MIAMI SHORES – On Wednesday morning, Aug. 14, four months shy of her 100th birthday, Florence Newman passed of general respiratory failure at her Miami Shores home, in the presence of her husband Leon, her son Jay and her dog Benny.
Her prayer that she pass peacefully in her sleep was met after eight years of intermittent physical and mental difficulties of varying seriousness, through which she showed persistent strength, family members said. Hers was a battle for focused and coordinated care, they noted, in which she was able to avoid in general the afflictions of losing her mobility.
Newman was born in 1913 in Providence, R.I. After losing her father in the Spanish flu pandemic of 1918, her family and community life really began in New York, where at age 14 she started a lifetime of hospital volunteer work.
Following occupational training at the Hebrew Technical Institute, she joined the New York theatrical agency of Mark Leddy, a leading agent for singers, dancers, comedy and variety acts for top clubs and hotels in the U.S. and around the world, and then for television shows including The Ed Sullivan Show. In 1938, she introduced her soon-to-be husband, Leon, to the agency and they married on Christmas day that year. In 1947 they adopted their son Jay, at birth through the ties of a cousin-in-law.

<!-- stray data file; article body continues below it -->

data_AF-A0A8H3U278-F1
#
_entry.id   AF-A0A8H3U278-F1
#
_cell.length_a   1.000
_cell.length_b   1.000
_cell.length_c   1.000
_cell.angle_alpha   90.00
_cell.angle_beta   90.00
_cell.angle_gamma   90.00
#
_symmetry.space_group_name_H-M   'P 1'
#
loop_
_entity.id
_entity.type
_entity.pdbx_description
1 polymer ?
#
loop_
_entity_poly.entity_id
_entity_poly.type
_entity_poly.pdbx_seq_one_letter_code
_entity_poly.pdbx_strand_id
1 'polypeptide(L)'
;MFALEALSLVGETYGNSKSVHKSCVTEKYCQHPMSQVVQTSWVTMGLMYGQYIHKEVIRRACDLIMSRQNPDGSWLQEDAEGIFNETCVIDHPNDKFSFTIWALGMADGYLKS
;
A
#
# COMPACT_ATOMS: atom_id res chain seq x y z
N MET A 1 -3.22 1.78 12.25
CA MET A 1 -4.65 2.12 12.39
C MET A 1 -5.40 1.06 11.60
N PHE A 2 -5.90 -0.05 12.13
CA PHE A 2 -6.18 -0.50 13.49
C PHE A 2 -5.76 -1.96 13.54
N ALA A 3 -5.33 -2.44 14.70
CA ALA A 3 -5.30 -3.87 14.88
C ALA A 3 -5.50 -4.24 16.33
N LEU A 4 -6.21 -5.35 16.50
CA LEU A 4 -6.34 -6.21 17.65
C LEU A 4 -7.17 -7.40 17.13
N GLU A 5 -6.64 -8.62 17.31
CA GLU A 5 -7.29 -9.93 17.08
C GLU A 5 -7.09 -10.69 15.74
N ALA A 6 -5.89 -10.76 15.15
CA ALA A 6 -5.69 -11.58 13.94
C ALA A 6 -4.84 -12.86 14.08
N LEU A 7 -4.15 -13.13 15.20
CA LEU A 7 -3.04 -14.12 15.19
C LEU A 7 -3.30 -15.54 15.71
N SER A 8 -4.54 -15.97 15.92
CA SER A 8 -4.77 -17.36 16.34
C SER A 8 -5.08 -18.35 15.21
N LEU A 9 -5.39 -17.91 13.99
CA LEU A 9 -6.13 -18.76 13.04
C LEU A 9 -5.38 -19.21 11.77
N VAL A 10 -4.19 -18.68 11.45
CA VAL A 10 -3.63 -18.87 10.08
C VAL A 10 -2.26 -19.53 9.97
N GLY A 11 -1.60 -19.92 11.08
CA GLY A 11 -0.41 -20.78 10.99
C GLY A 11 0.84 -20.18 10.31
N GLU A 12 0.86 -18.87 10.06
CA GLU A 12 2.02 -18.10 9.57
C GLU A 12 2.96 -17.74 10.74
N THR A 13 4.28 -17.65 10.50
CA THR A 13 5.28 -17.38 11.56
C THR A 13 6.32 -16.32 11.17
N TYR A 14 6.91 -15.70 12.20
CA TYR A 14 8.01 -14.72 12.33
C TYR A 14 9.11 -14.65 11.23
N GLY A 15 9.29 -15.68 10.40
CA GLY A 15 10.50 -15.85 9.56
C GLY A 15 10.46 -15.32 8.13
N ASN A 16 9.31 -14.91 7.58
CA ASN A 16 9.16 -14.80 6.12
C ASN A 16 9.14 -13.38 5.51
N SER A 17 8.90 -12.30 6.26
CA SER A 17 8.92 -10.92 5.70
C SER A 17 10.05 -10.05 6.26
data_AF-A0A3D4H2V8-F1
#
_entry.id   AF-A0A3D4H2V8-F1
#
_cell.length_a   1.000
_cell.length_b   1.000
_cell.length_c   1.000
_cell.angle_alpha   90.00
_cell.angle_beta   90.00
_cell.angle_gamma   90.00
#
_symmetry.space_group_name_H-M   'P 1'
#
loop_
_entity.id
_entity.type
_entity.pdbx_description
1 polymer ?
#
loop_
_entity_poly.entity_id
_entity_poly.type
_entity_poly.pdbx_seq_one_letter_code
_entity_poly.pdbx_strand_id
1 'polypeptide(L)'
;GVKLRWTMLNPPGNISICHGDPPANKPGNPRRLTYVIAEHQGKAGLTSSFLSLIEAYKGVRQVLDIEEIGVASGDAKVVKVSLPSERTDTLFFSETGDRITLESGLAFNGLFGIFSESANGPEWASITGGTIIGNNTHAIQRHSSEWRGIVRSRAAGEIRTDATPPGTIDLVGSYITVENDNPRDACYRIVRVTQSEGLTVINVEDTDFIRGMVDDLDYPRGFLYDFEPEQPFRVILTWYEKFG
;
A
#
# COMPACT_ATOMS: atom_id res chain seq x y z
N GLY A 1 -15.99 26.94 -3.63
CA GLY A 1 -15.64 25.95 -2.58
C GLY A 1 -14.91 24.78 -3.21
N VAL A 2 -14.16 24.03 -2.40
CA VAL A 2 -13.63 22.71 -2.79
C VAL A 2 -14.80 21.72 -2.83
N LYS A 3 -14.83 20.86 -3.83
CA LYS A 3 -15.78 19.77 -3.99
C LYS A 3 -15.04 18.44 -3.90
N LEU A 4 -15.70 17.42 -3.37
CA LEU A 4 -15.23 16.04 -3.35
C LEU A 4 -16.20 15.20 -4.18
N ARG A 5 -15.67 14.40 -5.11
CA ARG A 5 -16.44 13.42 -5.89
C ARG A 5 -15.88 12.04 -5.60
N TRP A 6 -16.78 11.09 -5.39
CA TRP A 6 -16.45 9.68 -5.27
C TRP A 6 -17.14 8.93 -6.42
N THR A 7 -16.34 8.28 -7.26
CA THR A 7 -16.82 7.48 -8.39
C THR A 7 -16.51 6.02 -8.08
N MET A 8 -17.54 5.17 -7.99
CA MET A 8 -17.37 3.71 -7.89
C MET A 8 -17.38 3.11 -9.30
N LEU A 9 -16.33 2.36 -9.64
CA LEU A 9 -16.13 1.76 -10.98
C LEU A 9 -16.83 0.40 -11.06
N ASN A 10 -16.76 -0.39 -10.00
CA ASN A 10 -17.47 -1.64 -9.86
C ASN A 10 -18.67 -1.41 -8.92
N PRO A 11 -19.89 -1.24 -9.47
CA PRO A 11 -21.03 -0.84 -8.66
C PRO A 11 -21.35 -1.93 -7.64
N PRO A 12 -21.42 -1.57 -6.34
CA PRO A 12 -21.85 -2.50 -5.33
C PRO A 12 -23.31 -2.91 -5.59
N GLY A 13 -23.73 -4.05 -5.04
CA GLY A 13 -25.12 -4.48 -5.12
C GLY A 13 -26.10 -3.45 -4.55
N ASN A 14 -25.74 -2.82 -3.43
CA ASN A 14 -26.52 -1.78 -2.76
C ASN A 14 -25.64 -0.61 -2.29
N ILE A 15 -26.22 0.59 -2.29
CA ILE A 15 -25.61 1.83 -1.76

In 1957 the family moved to New Jersey, and in 1965 to Los Angeles for Mr. Newman to head a leading television ad agency. In 1970, they moved to Miami for Leon to manage business interests and settled in Miami Shores, where they were fixtures at village council meetings and community activities. Both continued to work into their 70s and enjoyed traveling.
Family members describe Newman as a devoted wife and mother, a giver who had a pure heart and simple needs, who even with a family and a job, always found time to volunteer at local hospitals. According to a 1996 Miami Herald “Neighbors” article, Newman at age 82 was volunteering three times a week or more at North Shore Medical Center near, to their home in Miami Shores.
“I always felt like I wanted to do things for people,” Newman said. “I will wash down a bed and put fresh linens on. I’ll do charts and I’ll run to the lab.
Whatever they want me to do … To me, if someone needs a bed pan in a hurry, that is very important.” Even being able to get a patient to eat made her happy.
Starting in 2004, when she was 91, Florence began to go through waves of life-threatening difficulties and hospitalizations. Probably the greatest difficulty she faced during that period was not being able to give or do for others as she had, and which she lived for, said family members. Reluctantly, in mid-2008 she accepted day-to-day care, in particular of her nurses aide Claudette Hamm.
“She was the most caring person I know,” Hamm said. “She was kind and loving. She always thought about other people and that’s what I liked about her. She always told me about the wonderful life she had, how she was the lucky one to have her husband of 75 years and her son, and how she liked her jobs in show business and volunteering at hospitals.”